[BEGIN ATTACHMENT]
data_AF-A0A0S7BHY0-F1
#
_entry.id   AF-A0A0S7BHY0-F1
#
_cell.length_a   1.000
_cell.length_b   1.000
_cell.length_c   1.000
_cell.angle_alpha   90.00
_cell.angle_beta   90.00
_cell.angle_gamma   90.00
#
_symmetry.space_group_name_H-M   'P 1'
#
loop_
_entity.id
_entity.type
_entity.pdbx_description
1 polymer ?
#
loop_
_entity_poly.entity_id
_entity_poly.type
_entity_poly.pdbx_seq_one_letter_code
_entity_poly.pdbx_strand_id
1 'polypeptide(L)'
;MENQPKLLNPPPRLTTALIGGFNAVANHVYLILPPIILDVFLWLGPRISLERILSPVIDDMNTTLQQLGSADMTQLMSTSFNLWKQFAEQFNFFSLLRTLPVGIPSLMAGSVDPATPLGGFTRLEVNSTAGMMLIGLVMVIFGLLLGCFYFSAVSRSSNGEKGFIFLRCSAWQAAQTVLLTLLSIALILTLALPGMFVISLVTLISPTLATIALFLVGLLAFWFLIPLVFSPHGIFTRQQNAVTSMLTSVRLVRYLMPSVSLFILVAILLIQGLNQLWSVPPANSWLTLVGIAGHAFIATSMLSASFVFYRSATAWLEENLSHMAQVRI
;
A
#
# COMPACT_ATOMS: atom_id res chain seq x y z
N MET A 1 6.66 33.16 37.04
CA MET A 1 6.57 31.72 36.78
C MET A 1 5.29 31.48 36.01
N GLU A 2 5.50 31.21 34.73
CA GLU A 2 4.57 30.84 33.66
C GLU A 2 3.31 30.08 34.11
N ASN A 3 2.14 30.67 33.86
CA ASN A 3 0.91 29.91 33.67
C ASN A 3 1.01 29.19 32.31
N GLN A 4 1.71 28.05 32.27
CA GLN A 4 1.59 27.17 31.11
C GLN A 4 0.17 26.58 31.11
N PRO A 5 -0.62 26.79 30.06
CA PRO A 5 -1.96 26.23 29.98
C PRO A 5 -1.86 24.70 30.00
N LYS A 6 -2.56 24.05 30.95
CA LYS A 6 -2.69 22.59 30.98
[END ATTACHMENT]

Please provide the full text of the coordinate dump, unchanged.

data_AF-A0A0S7BHY0-F1
#
_entry.id   AF-A0A0S7BHY0-F1
#
_cell.length_a   1.000
_cell.length_b   1.000
_cell.length_c   1.000
_cell.angle_alpha   90.00
_cell.angle_beta   90.00
_cell.angle_gamma   90.00
#
_symmetry.space_group_name_H-M   'P 1'
#
loop_
_entity.id
_entity.type
_entity.pdbx_description
1 polymer ?
#
loop_
_entity_poly.entity_id
_entity_poly.type
_entity_poly.pdbx_seq_one_letter_code
_entity_poly.pdbx_strand_id
1 'polypeptide(L)'
;MENQPKLLNPPPRLTTALIGGFNAVANHVYLILPPIILDVFLWLGPRISLERILSPVIDDMNTTLQQLGSADMTQLMSTSFNLWKQFAEQFNFFSLLRTLPVGIPSLMAGSVDPATPLGGFTRLEVNSTAGMMLIGLVMVIFGLLLGCFYFSAVSRSSNGEKGFIFLRCSAWQAAQTVLLTLLSIALILTLALPGMFVISLVTLISPTLATIALFLVGLLAFWFLIPLVFSPHGIFTRQQNAVTSMLTSVRLVRYLMPSVSLFILVAILLIQGLNQLWSVPPANSWLTLVGIAGHAFIATSMLSASFVFYRSATAWLEENLSHMAQVRI
;
A
#
# COMPACT_ATOMS: atom_id res chain seq x y z
N MET A 1 6.66 33.16 37.04
CA MET A 1 6.57 31.72 36.78
C MET A 1 5.29 31.48 36.01
N GLU A 2 5.50 31.21 34.73
CA GLU A 2 4.57 30.84 33.66
C GLU A 2 3.31 30.08 34.11
N ASN A 3 2.14 30.67 33.86
CA ASN A 3 0.91 29.91 33.67
C ASN A 3 1.01 29.19 32.31
N GLN A 4 1.71 28.05 32.27
CA GLN A 4 1.59 27.17 31.11
C GLN A 4 0.17 26.58 31.11
N PRO A 5 -0.62 26.79 30.06
CA PRO A 5 -1.96 26.23 29.98
C PRO A 5 -1.86 24.70 30.00
N LYS A 6 -2.56 24.05 30.95
CA LYS A 6 -2.69 22.59 30.98